There are a lot of metaphors used in connection with strategy, such as the Battlefield or the Chessboard. None are as powerful as Formula One and the requirements of accelerating sales.
One of the most popular metaphors for strategy is the ‘Way of the Warrior’ by a Chinese military strategist called Sun Tzu. There is only one problem – he has been dead for almost 2500 years!
So we started looking for a new metaphor – a way to make strategy a little bit more interesting and relevant for the typical sales leader:
With the focus on acceleration, the Formula 1 race car was an obvious choice! But, what makes Formula 1 a great analogy for sales strategy? Well, here is a list of 7 things that sales strategy and the racetrack have in common. For each there is a question for you to consider in respect of your organizations’s sales performance:
As the pace of marketplace changes accelerate, companies that are slow to respond will get left behind. strategy is about urgency and speed. Most important of all sales strategy is about accelerating sales growth.
Business gurus today write about the importance of a sense of urgency, but it is not that companies don’t know what to do (or cannot find out what to do), they struggle to break through the inertia and complacency that prevents them from making it happen. Leaders create a sense of urgency -an impetus for change – among their team.
Speed isn’t the only factor, that is unless you are going in a straight line and direction does not matter.
Strategy asks the question ‘Are you heading in the right direction?’, or more fundamentally ‘Are you on the right road?’ In the context of sales and marketing that means are you selling the right products, or solutions into the right markets, or segments? Of course it also entails the issue of the right channels, or routes to market.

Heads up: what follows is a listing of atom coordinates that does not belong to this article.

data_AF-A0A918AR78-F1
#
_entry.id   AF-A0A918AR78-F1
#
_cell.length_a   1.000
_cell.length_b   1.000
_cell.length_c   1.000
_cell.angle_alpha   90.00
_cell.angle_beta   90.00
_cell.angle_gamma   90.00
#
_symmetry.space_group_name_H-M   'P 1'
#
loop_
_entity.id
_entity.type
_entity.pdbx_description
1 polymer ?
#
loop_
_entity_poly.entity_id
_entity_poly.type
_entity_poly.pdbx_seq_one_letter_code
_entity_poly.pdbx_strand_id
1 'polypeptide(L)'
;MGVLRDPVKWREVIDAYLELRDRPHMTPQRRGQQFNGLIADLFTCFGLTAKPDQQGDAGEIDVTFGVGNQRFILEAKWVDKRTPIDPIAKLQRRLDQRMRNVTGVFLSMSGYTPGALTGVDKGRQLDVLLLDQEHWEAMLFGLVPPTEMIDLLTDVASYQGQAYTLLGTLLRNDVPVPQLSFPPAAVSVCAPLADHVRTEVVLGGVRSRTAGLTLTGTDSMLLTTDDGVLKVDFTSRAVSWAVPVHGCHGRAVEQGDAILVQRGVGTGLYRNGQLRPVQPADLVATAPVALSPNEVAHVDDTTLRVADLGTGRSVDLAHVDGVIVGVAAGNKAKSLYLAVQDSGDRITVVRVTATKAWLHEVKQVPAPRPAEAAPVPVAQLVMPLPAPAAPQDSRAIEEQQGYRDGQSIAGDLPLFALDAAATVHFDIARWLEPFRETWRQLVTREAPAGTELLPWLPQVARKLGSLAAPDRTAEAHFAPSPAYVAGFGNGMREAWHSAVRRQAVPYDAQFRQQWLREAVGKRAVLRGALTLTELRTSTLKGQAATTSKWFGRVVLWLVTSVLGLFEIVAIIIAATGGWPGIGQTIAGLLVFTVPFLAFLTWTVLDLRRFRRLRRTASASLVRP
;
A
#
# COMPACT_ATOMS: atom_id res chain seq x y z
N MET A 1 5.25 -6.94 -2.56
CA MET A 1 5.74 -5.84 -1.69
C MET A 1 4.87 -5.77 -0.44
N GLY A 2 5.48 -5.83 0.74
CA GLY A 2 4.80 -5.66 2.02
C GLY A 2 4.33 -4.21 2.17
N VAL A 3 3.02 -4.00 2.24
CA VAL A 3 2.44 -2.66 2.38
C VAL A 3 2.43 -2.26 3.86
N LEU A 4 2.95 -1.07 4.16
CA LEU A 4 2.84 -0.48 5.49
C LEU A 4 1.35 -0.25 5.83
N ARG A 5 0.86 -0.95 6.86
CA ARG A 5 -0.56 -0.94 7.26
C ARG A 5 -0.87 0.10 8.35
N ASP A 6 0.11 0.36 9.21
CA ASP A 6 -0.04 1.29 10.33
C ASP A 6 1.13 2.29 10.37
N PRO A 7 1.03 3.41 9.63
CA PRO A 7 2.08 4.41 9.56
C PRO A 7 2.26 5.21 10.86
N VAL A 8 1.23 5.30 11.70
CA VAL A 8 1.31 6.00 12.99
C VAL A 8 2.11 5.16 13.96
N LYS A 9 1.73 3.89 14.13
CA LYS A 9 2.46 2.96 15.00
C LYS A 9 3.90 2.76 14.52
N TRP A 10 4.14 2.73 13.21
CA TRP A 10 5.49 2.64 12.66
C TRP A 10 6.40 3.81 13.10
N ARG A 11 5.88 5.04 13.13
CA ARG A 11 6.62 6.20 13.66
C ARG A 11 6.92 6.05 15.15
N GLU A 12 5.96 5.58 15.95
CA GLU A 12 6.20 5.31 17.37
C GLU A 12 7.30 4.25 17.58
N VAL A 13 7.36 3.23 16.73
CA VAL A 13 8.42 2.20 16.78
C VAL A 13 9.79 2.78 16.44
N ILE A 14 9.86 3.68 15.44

So what is meant by the ‘right’ products, or markets? Well, in the strategy context it means the markets best able to deliver sustainable sales and profitable growth. That is those markets and customers that are not just most attractive but also most amenable. This is often called your ‘sweet spot’ and usually coincides with having a unique competitive advantage.
strategy is about balancing speed with control, although given that most strategy guidelines are written with big corporations in mind the admonition is that ‘if you feel in control then you are not going fast enough.’ In the racing car sense it is about pushing the car to the limit, that is the maximum speed that will still maintain traction with the road.
In a fast growth environment, systems and controls become particularly important. Just like their racing counterparts sales managers need to work with an eye on the dashboard and work the controls.
Strategy is also about being in the right race, given the competitor lineup, the track conditions and so on – something that again has a parallel for managers who must also chose where they will compete.
Strategy is about winning. It is about competing and out-manoeuvring the competition. The racing driver is concerned about getting across the line, while the sales manager has a similar focus – the top line and the bottom line targets.
Some thought leaders talk about strategic ambition, or strategic intent, but we prefer to talk about strategic imperative instead. That is because success is not a nice to have, but a must have. There is no re-run of the last quarter, it is a must win race.
Talk of sales strategy all too often results in a yawn. But that is the old fashioned notion of strategy painfully devised on the sideline with little bearing on reality, or prospect of being implemented.
To employ the racing analogy the real focus of sales strategy is on this lap and the next, on out-manoeuvring the competition, seeing an opening, getting into pole position, and so on. What can be more exciting than increasing your chances of winning?
Any strategy is only as good as those who are going to implement it. Any race strategy depends on the skill and execution of the driver – not only to implement what has been set out, but to adapt it as required to the conditions of the race. As one manager put it – ‘a sales strategy won’t close the deal, it requires a salesperson to do that’.
Successful race car drivers possess a certain quotient of natural skill, but they also train assiduously. They are athletes of stamina and discipline.
It is a team sport, everybody contributes to winning both on and off the track. The same applies in respect of the complex sale, with everybody from finance to customer service playing an important role in underpinning sales success.